Researcher at infectious disease laboratory in San Francisco dies of rare bacterial infection

May 4, 2012(CBS/AP) SAN FRANCISCO A researcher at an infectious diseases laboratory in San Francisco has died of a rare bacteria strain, California health officials said, raising fears the man’s friends and fellow researchers may too have been infected.  The 25-year-old man who worked at the San Francisco Veterans Affairs Medical Center, who has not been named, died over the weekend shortly after asking friends to take him to a hospital, the San Jose Mercury News reported Wednesday. –CBS
contribution Julissa
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25 Responses to Researcher at infectious disease laboratory in San Francisco dies of rare bacterial infection

  1. Ryan says:

    oh great, its going to start there and then unfold into something like contagion.


  2. elijahsmom3 says:



    • pagan66 says:

      Ronni, funny you say that, I thought exactly the same thing. People used to laugh when I said King was more of a prophet than was realized. It’s closer than we think.

      “Dear man”, the pirate said, “it is the end. The very end”.

      Chapter 73 – The Stand – Stephen King


      • elijahsmom3 says:

        “We need help, the Poet reckoned.”
        – Edward Dorn
        The Circle Closes – The Stand – Stephen King


  3. M C says:

    I was telling my wife that this is how a movie starts where a contagion of some sort gets loose and many die.

    its just a matter of time or maybe our time is up.

    scary stuff…..all I can do is bury my head in my life and ignore it because “ignorance is bliss”


  4. Marshallrn says:

    Man this is almost right out of The Rise of The Planet of The Apes movie. Minus the monkey buisness of course. Crazy.


  5. James says:

    I do not think this is a coincidence. Well I am happy I logged in one last time before we left for our trip, thank you for sharing this.


  6. Melissa says:

    Contagion or … The Stand!


  7. This stuff happens. Hopefully it wasn’t terribly contagious. With everything we’re exposed to every day, the researcher might not have picked it up in the lab. Or may have…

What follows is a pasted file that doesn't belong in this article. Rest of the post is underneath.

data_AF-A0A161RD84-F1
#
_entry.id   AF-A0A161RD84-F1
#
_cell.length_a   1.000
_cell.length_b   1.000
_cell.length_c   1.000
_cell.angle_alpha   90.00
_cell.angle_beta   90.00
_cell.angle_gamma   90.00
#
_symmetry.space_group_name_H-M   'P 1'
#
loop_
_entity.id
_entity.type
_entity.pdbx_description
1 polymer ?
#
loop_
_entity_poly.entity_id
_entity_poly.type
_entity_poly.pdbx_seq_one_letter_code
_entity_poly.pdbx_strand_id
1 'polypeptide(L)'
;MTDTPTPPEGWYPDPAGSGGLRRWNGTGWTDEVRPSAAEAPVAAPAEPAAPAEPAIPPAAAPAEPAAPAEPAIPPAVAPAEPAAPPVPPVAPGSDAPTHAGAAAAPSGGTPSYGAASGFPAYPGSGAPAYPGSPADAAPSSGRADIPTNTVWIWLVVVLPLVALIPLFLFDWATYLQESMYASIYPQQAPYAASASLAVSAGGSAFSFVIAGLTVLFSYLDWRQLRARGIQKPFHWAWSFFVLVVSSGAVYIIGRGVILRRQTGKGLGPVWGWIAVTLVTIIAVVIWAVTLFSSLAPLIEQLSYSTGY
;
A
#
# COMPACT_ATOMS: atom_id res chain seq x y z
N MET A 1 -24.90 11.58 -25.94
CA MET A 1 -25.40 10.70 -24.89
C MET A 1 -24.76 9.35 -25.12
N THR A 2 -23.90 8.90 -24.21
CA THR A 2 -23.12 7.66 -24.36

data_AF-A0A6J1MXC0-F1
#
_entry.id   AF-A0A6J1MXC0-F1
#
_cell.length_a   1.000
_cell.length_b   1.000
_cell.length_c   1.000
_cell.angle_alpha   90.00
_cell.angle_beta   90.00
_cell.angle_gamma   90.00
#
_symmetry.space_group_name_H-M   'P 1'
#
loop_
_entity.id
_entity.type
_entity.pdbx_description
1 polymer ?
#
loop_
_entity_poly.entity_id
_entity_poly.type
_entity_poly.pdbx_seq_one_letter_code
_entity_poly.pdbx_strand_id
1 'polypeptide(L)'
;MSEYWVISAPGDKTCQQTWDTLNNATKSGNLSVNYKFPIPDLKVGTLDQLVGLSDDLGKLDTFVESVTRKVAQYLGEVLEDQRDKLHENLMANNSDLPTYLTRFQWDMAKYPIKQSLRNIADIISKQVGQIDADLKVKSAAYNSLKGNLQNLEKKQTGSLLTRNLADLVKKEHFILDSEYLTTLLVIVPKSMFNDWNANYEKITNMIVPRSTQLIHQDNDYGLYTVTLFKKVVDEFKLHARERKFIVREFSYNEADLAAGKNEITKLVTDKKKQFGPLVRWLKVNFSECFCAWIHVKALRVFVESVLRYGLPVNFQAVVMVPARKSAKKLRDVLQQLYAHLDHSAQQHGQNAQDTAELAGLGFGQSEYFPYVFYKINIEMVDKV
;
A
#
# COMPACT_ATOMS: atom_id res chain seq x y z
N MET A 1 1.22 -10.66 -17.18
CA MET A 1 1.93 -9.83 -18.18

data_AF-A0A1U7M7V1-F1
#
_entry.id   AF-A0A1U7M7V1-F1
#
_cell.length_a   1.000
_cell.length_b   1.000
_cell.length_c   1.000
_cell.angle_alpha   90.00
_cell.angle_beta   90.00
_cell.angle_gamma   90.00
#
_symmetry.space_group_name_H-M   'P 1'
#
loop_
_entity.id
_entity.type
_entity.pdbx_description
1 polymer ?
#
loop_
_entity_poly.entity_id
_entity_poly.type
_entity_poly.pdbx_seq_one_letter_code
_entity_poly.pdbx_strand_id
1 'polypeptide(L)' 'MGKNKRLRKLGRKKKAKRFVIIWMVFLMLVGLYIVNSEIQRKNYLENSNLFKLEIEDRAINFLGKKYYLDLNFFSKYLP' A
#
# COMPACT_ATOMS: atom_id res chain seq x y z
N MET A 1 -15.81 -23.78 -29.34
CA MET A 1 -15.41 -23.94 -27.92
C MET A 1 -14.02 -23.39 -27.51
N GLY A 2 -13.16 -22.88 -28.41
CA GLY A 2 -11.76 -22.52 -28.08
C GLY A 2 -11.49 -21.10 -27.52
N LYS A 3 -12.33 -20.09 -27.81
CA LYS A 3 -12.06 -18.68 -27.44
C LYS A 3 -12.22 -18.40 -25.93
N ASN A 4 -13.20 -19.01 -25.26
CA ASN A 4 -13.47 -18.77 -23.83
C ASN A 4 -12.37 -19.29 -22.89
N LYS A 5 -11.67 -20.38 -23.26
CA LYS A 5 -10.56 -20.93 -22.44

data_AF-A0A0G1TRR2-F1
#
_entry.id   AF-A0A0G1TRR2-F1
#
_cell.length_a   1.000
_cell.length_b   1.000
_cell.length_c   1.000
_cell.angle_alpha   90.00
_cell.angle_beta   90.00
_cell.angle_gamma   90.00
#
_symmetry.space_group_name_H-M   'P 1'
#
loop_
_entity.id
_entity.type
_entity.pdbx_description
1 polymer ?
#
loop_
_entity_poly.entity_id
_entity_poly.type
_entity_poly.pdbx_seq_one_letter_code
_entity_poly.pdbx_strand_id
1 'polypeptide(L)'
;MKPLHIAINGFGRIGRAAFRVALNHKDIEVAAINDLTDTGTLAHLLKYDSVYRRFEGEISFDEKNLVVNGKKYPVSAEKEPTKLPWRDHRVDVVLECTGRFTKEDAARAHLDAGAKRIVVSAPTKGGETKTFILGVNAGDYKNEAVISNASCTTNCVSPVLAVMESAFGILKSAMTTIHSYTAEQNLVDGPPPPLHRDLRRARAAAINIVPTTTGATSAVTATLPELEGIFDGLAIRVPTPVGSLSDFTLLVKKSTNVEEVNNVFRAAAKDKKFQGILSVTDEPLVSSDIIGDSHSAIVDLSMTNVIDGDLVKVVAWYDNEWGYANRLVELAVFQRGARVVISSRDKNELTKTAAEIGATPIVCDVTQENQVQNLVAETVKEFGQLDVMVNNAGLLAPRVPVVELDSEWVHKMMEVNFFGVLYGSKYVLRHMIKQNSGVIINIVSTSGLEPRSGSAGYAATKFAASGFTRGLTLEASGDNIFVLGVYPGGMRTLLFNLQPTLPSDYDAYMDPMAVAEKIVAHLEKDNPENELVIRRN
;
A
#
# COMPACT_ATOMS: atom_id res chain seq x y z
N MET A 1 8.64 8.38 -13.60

8. Ron says:

    The Stand – Captain Trips!


  9. Mel says:

    I am a professional clinical microbiologist with over 20 years in the lab. This bacteria, Neisseria meningiditis, is highly contagious, but very rare. Too many lab workers think that the safety precautions required are too cumbersome. In short, this is an organism that causes inflammation of the meninges, there is a vaccine (lab workers and children under 18 receive this, if they want it), and the root cause here is break of basic safety precaution. NO NEED FOR WORRY on this one. Another contagion I might be concerned, but this individual and the bacteria involved, are of no concern as far as an “outbreak”. Close contacts are given a simple one dose antibiotic. My sympathy to his family, and a warning for those who are too cavalier in the laboratory.


  10. Mel T. says:

    Nothing to worry about, at least from this incident. I am a clinical microbiologist, and I can reassure you that this organism is contagious. Also, too many labortorians are so cavalier they refuse to use safety precautions. One dose of an antibiotic will prevent infection in those with whom he had close contact. Neisseria is very rare, there is a vaccine to prevent infection.


    • apparently according to what I’ve now read the particular strain he had is one with no vaccine – though the lab is working on one. And though the virus is in his blood they have not stated if its a lab match. Therefore a lot of ‘unknowns’ exist.


      • Mel says:

        Most vaccines have fairly high failure rates. There are subtypes of Nessiera meningitis, but all that I stated above is factual and reliable. I would tell you if I thought it worrisome. The bioterrorist labs around the country are what keep me up sometimes. They have every pathogen known stored and these labs are all over the country. In fact, one was hit by Hurricane Katrina, and no one knows what happened to all the “cooties”. Don’t lose sleep over this one man who probably didn’t take the precautions he should have. I have seen co workers come down with infections by not following proper technique. I am much more concerned about the whooping cough outbreak.


  11. Debbie says:

    This just sounds like the beginning of a horror movie. Captain Trips is actually what I thought of. Crazy eh? Thank you so much for sharing the events of the world on your site. I am a devoted follower.